Friday 21 Jun 2024
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This article first appeared in Forum, The Edge Malaysia Weekly on May 20, 2024 - May 26, 2024

Over two months have passed since the World Trade Organization (WTO) ruled on Malaysia’s objection against the European Union’s (EU) rejection of palm oil as a renewable energy source. Among a number of issues, indirect land use change (ILUC) stands out as a primary factor leading to the EU’s mandate that palm oil cannot count towards the its 2030 renewable energy target for biofuels and must be phased out by 2030.

ILUC, introduced in 2008, happens when growing biofuels on existing farmland keeps the demand for food and animal feed crops high. This can lead to farmers clearing new land elsewhere to meet that demand. Land use changes, such as the conversion of forests into agricultural areas, result in significant greenhouse gas emissions that negate the emission savings from using biofuels instead of fossil fuels.

Among all oil crops, palm oil is globally recognised as the most efficient. Despite this, the European Commission (EC) has designated it as a high-risk feedstock for ILUC biofuels, citing its purported link to substantial annual expansion of production areas globally and elevated ILUC emissions.

Although the ILUC concept is well-intentioned, concerns have been raised regarding the robustness and currency of its frameworks and modellings. Therefore, here are the reasons why it is crucial to immediately reassess the ILUC of palm oil, especially given its significant inclusion in the recent WTO ruling.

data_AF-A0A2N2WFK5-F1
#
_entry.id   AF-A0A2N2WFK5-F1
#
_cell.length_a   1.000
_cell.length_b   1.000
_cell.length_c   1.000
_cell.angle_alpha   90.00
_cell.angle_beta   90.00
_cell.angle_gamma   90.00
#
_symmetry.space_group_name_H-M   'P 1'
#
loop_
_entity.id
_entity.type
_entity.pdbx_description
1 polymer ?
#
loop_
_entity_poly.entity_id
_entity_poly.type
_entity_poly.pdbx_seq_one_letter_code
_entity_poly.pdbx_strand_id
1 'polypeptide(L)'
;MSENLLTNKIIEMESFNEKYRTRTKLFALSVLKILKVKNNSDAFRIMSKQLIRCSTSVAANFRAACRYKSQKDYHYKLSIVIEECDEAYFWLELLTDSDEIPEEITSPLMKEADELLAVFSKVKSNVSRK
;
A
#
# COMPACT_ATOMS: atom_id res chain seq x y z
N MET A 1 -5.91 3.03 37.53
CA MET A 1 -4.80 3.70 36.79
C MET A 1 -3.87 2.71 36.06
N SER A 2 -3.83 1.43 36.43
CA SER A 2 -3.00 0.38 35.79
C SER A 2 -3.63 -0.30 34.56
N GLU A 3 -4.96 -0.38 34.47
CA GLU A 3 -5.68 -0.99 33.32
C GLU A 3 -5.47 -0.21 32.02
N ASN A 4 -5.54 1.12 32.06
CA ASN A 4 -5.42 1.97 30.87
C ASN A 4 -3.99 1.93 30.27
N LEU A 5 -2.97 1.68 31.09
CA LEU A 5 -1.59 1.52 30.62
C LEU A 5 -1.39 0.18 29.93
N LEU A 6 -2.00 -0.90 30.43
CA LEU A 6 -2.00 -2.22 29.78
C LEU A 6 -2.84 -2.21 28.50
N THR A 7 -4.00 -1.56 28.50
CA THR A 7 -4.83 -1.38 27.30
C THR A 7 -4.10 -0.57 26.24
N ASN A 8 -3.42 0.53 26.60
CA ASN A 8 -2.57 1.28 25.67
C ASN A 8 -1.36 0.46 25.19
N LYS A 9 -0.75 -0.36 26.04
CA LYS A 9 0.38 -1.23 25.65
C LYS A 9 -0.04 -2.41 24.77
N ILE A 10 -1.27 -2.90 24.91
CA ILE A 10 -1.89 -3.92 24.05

1. Absence of timely review in ILUC data analysis

Palm oil has reportedly experienced an average annual expansion of production area by 702,000ha or 4% since 2008. However, this data is outdated, spanning from 2008 to 2016. Although ILUC standards are not internationally standardised, the EU had intended to review the high ILUC-risk biofuels by June 2021, but this has not come to fruition.

Meanwhile, Malaysia, the world’s second largest palm oil producer, has made significant efforts to curb the expansion of oil palm plantations, resulting in record low levels of deforestation. Given this development, it is imperative to choose a more recent time period to reassess the ILUC of palm oil.

Applying the same principle employed by the EU in ILUC modelling, the average annual expansion of production area in Malaysia from 2018 to 2022 is 0.12%, falling below the EU’s 1% threshold. Consequently, it is evident that the current outdated ILUC data underscores a significant flaw, resulting in an unjustifiable bias against Malaysian palm oil as a high ILUC-risk biofuel.

2. Underestimating the productivity of palm oil

Palm oil ranks highest among oil crops in terms of yield, with approximately three tonnes per hectare, surpassing crops like rape, sunflower and soy, which yield 0.7, 0.6 and 0.5 tonnes per hectare respectively. This indicates that palm oil is nearly five times more efficient than rape and sunflower, and over six times more efficient than soy. However, this significant advantage does not appear to be fully recognised in ILUC modelling.

Besides the share of expansion into land with high-carbon stock, productivity is a crucial factor in ILUC modelling. The productivity factor for palm oil is set at 2.5, while other crops like soy are set at 1. This results in palm oil being associated with a share of expansion exceeding the 10% threshold. Yet, upon correcting the productivity factor to its actual value, it is found that the reported share of expansion into peatland would decrease from 23% to less than 10%.

Given the underestimation of the productivity factor for palm oil, there are concerns about the justification for labelling palm oil as a high ILUC-risk biofuel. Therefore, it is necessary to reconsider the productivity factor used in the modelling to ensure fair treatment of palm oil.

3. Unjustly categorising all palm oil as high ILUC-risk